In fact, this is the very same prophecy that Chief Priests and Scribes quote to Herod when he asked where the promised Christ was supposed to be born (Matthew 2:4–6). Just think about it, God could have chosen a faithful couple who already lived in Bethlehem. He could have had Gabriel tell Joseph and Mary to travel to Bethlehem after Mary became pregnant so they could be settled in their own home when he was born. He could have used any number of simple and mundane ways to get this young couple to Bethlehem… But instead, he chose to the most ostentatious means—a mandatory world-wide census.
Yet, when Mary and Joseph arrive in Bethlehem it suddenly appears as if God has completely overlooked their hotel reservations…
When I was still pastoring in Kodiak Alaska, I had the opportunity to teach a two-week intensive course at a Christian College in Ghana. Yet, before I got around to arranging my travel details, a former Church member, graciously offered to arrange and pay for my round-trip travel. And when he dropped off my tickets I was completely blown away!! He booked me business class seating from Seattle to Ghana AND arranged hotel accommodations for my layover each way in London.
I’ve never been so spoiled in my life. And everything was perfect until I landed in London on my return leg home. I landed well before check in time, so I decided to call the hotel and ask about early check in… And that’s when everything fell apart. My reservation at a very fancy hotel had been canceled. And a room was going to cost me over 300 pounds. Well, given that 300 pounds was well outside my budget I thanked the clerk, hung up the phone, and turned to hotels.com to find a last minute “affordable hotel” in London. About the time I reached my hotel, I received a very apologetic call from my friend who had unwittingly cancelled my reservation as he was adjusting other travel arrangements.
See, here is the difference between my experience in London and Joseph and Mary’s experience in Bethlehem. God doesn’t make mistakes. No! He plans all things according to his purposes. Don’t miss this, Jesus is not laying in a feeding trough because of a stingy, heartless innkeeper; because Mary and Joseph are poor, or because God accidentally overlooked their hotel reservations.
If God can cause a virgin to conceive and turn an empire on its head to move Joseph and Mary from Nazareth to Bethlehem, he can certainly reserve a guest room… What I want you to see in this is that, if Jesus was born in a stable and laid in a simple feeding trough it’s because God ordained it for his sovereign purposes.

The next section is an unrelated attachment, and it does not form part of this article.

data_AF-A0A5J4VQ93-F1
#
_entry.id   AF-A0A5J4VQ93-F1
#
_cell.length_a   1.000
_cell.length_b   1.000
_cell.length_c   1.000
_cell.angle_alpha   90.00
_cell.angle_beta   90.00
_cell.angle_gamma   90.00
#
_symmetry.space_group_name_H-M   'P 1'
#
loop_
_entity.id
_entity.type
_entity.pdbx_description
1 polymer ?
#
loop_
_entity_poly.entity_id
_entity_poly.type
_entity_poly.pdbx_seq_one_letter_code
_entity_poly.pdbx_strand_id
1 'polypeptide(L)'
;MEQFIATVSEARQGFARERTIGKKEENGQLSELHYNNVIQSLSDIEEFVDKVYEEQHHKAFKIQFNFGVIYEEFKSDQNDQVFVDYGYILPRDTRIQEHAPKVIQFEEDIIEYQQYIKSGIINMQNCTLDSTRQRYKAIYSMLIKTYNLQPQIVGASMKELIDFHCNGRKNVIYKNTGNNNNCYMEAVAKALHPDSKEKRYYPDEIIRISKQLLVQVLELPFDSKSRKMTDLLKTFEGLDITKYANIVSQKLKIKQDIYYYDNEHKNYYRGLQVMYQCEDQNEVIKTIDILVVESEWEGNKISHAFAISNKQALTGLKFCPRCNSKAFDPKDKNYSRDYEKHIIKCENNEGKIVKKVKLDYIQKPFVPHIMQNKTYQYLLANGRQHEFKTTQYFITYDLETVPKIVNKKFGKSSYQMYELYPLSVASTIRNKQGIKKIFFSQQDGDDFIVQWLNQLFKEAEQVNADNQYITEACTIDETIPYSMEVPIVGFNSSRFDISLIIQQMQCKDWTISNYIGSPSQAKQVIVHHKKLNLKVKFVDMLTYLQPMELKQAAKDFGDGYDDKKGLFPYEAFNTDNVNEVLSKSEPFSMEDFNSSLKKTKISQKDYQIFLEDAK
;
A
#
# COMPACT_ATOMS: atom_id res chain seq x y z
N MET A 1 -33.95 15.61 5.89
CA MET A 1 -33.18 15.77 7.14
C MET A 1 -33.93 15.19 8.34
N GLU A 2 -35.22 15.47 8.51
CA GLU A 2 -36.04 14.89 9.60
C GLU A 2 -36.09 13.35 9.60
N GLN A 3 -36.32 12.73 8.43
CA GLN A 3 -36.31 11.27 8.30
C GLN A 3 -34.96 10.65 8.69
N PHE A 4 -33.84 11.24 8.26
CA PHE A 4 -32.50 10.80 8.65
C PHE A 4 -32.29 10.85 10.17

But, why? It revealed what kind of King and Savior that Jesus was going to be.
III. The Purpose of God in a Feeding Trough
The Manger is a Sign that Jesus is Nothing like Caesar Augustus.
Jesus is not the kind of king who carves out his kingdom by crushing armies, toppling kingdoms, and taxing his citizens. He’s not the kind of King who is constantly demanding respect, even though he rightly deserves it. Even more, he is not the kind of king who demands worship even though he is God in human flesh!
Just think about it. Jesus, the eternal son who is the radiance of the glory of God and the exact imprint ofhis The one through whom all things were created AND by whom the very fabric of the universe is held together by the word of his power (Heb 1:2–3; cf. Col 1:15–17). The second person of the Trinity who actively shares and participates in the infinite, joyful perfection of God’s triune being, the One who deserves the utmost honor and highest worship, is the One who is laying in a feeding trough.
As Phil Ryken explains, “Jesus deserved to have every person from every nation come and worship him. He deserved to have every creature in the entire universe—from the fiercest lion to the tiniest insect—come to his cradle and give him praise. He deserved to have the creation itself offer him worship, with the rocks crying glory and the galaxies dancing for joy. He is God the Son, and anything less than absolute acknowledgment of his royal person was an outright insult to his divine dignity.” Yet, except for the shepherds that night, no one came.
Friends, this is the child who was born in a stable and laid in a manger. And he willingly endured all of this (and more throughout his life) not so we could empathize with Mary and Joseph’s difficulties. BUT that we might grasp the true gravity of Christ’s humility.
The Manger Reveals the True Depths of Christ’s Humility.
Phil 2:5–8 Have this mind among yourselves, which is yours in Christ Jesus, 6 who, though he was in the form of God, did not count equality with God a thing to be grasped, 7 but emptied himself, by taking the form of a servant, being born in the likeness of men. 8 And being found in human form, he humbled himself by becoming obedient to the point of death, even death on a cross.
Let’s take a few minutes to soak in the truths of these verses. One, when Paul tells us that Jesus “did not count equality with God a thing to be grasped” in verse 6 he is NOT telling us that Jesus suddenly realized full godhood was just out of his grasp and that he should stop pursuing it. No. He is telling us that the incarnation was only possible because Jesus refused to cling to his rights and privileges as God. And this is important because it helps us see that no one forced him to come. No one broke his spirit. No one stripped him of his true glory and dignity. He came because he wanted to come.
Two, it’s important to explain what Paul means when he tells us that “Jesus emptied himself by taking the form of a servant” in verse 7. Heretics throughout the ages (and prosperity preachers of our time) have used this passage to undermine the deity of Jesus Christ, claiming that Jesus somehow abandoned his deity when he came to earth in the incarnation… But, they fail to recognize that Paul provides his own explanation of this “emptying” from two different perspectives.
One the one hand, Christ emptied Himself by taking the form of a servant.